By Paul Gorski
Smartphone rates for shared and individual contract plans are dropping like a rock. It seems every month or so one of the major carriers offers yet even lower contract plan rates, even offering to pay off your old contract. U.S. Cellular (USC) has an offer of $130 per month for four smartphones with 10 GB of data, and USC will pay off your contract (with the usual annotations and exceptions). Visit http://www.uscellular.com for details.
Sprint (http://www.sprint.com) is offering to cut AT&T and Verizon customers’ rate plan “in half.” Again, subject to the fine print.
Armed with this information, go to your own carrier and ask the customer service rep for a lower rate. If the representative tells you that you are locked into a contract, gently remind that person that other companies are willing to buy your contract out, but that you wish to “remain a loyal customer, so just help me a little bit here.”
If that does not work, ask to speak to that person’s manager and repeat the “but I am a loyal customer of so many years, don’t you want to keep my business?” tear-jerker of a tale.
Watch out, much like buying a used car where certain add-ons increase your monthly payments, ask for the contract rate with and without a new phone. Often, the service rate, voice/text/data is low, but the carrier saddles you with a pricey per month charge to buy the phone. Again, break out the costs: 1) phone and 2) voice/text/data.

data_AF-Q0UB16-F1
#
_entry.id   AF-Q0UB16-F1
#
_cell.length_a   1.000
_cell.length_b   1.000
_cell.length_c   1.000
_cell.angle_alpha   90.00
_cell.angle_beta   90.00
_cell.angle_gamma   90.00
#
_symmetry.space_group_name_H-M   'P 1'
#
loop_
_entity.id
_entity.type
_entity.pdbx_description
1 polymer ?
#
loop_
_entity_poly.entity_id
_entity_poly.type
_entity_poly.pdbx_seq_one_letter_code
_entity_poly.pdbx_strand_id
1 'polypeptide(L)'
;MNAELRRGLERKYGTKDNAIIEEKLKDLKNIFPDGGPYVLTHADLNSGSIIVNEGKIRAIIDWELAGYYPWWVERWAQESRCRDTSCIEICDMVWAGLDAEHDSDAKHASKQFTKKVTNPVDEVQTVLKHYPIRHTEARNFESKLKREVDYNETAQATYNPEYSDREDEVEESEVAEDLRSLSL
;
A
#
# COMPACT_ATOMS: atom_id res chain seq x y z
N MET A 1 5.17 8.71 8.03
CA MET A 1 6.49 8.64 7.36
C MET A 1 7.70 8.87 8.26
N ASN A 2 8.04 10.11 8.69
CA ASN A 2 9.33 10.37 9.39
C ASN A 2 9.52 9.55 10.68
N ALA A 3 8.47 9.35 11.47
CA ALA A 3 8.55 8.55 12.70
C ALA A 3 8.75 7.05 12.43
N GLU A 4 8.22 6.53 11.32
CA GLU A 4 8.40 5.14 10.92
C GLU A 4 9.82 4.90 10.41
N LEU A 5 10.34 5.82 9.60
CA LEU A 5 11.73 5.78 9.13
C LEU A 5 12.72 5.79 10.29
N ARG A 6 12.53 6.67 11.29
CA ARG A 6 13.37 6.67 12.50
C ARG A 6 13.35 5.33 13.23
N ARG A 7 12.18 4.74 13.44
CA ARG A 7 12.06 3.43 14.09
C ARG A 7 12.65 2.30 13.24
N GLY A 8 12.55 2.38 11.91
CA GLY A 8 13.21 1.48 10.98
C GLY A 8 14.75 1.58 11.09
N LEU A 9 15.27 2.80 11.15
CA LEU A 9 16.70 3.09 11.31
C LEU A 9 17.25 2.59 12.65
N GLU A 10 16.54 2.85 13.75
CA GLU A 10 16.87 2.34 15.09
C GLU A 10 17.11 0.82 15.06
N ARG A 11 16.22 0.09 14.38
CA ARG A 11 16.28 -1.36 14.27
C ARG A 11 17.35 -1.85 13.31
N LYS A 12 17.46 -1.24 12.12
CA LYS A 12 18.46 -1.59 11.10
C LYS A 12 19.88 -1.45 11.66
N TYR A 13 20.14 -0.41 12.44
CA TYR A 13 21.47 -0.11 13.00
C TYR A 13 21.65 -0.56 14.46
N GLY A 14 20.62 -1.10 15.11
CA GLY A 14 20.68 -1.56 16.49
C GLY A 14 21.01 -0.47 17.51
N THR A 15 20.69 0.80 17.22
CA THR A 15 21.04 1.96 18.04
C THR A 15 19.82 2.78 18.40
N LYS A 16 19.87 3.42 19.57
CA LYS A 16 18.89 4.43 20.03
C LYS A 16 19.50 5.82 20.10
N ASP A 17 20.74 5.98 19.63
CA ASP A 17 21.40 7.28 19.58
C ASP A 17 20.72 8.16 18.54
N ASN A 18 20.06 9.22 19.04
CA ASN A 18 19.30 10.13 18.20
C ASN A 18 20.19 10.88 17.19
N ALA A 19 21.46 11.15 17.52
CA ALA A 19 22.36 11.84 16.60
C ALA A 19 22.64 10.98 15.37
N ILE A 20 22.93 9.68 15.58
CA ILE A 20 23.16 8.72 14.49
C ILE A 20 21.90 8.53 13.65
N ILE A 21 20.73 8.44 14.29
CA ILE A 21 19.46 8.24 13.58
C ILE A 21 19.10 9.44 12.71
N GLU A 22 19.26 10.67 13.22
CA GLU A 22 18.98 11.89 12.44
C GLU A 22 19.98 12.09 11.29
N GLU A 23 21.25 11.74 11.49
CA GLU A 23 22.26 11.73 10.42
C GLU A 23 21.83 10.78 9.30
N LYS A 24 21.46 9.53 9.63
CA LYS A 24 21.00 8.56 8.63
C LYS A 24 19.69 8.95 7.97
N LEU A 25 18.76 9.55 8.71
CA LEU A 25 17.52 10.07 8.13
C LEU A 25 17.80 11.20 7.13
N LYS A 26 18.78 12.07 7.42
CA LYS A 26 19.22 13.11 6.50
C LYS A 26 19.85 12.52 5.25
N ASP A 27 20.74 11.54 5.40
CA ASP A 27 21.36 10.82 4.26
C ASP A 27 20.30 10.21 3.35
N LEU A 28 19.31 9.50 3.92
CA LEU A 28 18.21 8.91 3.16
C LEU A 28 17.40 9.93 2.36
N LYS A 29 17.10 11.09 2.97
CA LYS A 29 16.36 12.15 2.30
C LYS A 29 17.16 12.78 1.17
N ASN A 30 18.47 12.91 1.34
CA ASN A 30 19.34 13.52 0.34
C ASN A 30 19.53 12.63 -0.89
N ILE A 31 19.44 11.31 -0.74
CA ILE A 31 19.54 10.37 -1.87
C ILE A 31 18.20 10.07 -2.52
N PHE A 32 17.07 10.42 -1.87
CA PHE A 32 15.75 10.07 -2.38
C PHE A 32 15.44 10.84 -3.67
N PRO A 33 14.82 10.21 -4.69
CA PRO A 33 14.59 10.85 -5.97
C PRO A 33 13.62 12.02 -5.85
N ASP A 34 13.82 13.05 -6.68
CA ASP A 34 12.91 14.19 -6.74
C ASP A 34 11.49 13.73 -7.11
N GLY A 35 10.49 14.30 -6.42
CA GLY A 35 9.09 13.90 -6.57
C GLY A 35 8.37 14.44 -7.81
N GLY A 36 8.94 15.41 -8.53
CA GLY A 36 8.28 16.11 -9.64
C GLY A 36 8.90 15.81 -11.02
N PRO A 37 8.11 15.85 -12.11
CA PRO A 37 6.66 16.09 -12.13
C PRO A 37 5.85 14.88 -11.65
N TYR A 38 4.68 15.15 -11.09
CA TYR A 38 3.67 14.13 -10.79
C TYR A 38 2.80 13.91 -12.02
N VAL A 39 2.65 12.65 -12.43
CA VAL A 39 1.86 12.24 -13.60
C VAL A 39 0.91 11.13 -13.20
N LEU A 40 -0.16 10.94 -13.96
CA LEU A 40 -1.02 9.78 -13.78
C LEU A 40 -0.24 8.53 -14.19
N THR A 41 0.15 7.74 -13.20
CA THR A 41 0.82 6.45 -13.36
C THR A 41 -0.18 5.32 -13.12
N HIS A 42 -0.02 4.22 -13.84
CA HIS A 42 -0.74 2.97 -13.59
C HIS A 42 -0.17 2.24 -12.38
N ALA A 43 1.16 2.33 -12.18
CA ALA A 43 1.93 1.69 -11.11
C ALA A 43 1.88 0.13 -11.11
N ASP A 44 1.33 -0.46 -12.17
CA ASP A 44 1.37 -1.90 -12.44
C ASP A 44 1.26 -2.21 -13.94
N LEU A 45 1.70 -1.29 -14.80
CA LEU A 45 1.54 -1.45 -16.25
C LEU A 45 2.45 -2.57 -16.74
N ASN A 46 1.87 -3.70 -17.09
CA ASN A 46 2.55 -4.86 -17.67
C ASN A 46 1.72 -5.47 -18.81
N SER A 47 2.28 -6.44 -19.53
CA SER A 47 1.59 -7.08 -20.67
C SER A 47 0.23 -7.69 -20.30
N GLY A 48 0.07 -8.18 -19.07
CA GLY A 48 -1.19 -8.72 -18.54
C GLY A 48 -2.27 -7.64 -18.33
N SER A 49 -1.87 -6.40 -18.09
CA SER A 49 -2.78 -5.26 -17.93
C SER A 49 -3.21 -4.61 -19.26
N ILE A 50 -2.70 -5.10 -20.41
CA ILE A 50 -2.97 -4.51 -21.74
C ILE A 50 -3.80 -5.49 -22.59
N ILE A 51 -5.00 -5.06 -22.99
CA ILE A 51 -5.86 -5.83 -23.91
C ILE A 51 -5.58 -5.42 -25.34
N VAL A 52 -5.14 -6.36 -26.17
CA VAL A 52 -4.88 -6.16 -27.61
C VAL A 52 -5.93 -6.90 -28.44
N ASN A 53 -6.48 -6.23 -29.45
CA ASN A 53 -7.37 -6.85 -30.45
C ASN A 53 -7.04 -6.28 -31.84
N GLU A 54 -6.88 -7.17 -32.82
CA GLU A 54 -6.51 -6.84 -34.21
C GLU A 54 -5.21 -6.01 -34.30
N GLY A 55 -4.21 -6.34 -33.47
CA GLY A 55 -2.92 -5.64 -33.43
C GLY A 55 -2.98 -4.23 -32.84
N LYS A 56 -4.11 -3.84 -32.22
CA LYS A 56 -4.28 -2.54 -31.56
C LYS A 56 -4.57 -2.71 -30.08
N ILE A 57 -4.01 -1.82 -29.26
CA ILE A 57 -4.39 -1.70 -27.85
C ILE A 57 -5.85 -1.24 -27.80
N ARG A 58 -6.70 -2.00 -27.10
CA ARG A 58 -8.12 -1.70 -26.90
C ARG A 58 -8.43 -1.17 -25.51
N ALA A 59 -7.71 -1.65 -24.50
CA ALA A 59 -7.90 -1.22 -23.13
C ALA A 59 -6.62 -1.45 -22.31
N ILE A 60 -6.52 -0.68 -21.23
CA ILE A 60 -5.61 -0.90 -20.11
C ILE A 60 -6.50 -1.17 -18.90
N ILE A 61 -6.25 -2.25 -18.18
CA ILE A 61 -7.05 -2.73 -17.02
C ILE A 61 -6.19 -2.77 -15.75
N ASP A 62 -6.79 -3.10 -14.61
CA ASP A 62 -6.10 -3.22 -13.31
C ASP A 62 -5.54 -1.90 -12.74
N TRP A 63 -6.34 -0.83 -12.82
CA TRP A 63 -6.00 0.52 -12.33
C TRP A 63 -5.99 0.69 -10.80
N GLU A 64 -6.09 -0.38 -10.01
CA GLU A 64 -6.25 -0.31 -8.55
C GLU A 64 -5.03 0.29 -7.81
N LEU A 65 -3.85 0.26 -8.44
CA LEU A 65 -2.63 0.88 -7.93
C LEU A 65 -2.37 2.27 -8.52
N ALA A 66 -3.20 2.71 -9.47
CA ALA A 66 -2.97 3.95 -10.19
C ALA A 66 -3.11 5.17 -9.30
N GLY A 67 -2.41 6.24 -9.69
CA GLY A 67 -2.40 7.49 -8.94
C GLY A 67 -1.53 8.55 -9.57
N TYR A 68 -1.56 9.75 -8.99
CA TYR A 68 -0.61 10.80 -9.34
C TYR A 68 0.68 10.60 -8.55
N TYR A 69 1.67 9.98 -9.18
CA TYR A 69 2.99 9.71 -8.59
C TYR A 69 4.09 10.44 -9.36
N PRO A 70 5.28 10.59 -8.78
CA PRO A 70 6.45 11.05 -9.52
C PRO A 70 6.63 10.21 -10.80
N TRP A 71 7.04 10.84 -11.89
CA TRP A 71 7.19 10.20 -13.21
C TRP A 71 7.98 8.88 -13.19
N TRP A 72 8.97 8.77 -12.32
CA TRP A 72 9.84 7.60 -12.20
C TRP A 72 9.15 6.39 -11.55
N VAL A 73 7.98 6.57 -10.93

If the well-acted sob stories do not get you a lower rate, contact the national support manager or vice president of customer support and tell that person you are switching because their employees do not value your business. Let me know if you need help contacting these VIPs.
Believe me, the effort is worth it. You might be able to save $100 or more a month on your contract. Is $1,200 per year worth fighting for? I think it is. If all else fails, switch carriers.
Paul Gorski (www.paulgorski.com) has been a technology manager nearly 20 years, specializing in workflow solutions for printing, publishing and advertising computer users. Originally destined to be a chemist, his interest in computers began in college when he wrote a program to analyze data from lab instruments he hard wired to the back of an Apple IIe.
Posted Jan. 7, 2015